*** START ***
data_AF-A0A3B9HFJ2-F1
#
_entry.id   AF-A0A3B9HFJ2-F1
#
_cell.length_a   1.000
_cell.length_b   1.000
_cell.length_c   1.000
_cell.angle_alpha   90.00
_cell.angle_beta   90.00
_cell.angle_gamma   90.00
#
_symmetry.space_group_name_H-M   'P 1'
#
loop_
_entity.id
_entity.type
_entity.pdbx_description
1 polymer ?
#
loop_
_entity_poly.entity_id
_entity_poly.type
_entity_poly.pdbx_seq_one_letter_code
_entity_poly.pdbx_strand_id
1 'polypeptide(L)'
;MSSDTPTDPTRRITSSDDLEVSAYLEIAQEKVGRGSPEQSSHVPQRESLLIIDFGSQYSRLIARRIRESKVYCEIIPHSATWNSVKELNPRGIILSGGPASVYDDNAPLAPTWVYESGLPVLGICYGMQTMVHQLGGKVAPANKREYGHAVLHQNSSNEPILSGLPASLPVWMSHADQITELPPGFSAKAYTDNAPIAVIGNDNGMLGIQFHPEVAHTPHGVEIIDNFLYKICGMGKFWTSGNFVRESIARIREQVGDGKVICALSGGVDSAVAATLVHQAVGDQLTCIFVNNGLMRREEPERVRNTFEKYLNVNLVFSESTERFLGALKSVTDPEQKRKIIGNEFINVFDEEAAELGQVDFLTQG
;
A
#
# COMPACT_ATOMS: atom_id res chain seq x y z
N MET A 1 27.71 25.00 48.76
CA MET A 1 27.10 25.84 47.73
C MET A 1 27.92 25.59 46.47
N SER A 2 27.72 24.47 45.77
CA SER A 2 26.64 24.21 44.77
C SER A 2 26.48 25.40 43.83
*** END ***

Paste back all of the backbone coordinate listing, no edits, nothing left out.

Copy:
data_AF-A0A3B9HFJ2-F1
#
_entry.id   AF-A0A3B9HFJ2-F1
#
_cell.length_a   1.000
_cell.length_b   1.000
_cell.length_c   1.000
_cell.angle_alpha   90.00
_cell.angle_beta   90.00
_cell.angle_gamma   90.00
#
_symmetry.space_group_name_H-M   'P 1'
#
loop_
_entity.id
_entity.type
_entity.pdbx_description
1 polymer ?
#
loop_
_entity_poly.entity_id
_entity_poly.type
_entity_poly.pdbx_seq_one_letter_code
_entity_poly.pdbx_strand_id
1 'polypeptide(L)'
;MSSDTPTDPTRRITSSDDLEVSAYLEIAQEKVGRGSPEQSSHVPQRESLLIIDFGSQYSRLIARRIRESKVYCEIIPHSATWNSVKELNPRGIILSGGPASVYDDNAPLAPTWVYESGLPVLGICYGMQTMVHQLGGKVAPANKREYGHAVLHQNSSNEPILSGLPASLPVWMSHADQITELPPGFSAKAYTDNAPIAVIGNDNGMLGIQFHPEVAHTPHGVEIIDNFLYKICGMGKFWTSGNFVRESIARIREQVGDGKVICALSGGVDSAVAATLVHQAVGDQLTCIFVNNGLMRREEPERVRNTFEKYLNVNLVFSESTERFLGALKSVTDPEQKRKIIGNEFINVFDEEAAELGQVDFLTQG
;
A
#
# COMPACT_ATOMS: atom_id res chain seq x y z
N MET A 1 27.71 25.00 48.76
CA MET A 1 27.10 25.84 47.73
C MET A 1 27.92 25.59 46.47
N SER A 2 27.72 24.47 45.77
CA SER A 2 26.64 24.21 44.77
C SER A 2 26.48 25.40 43.83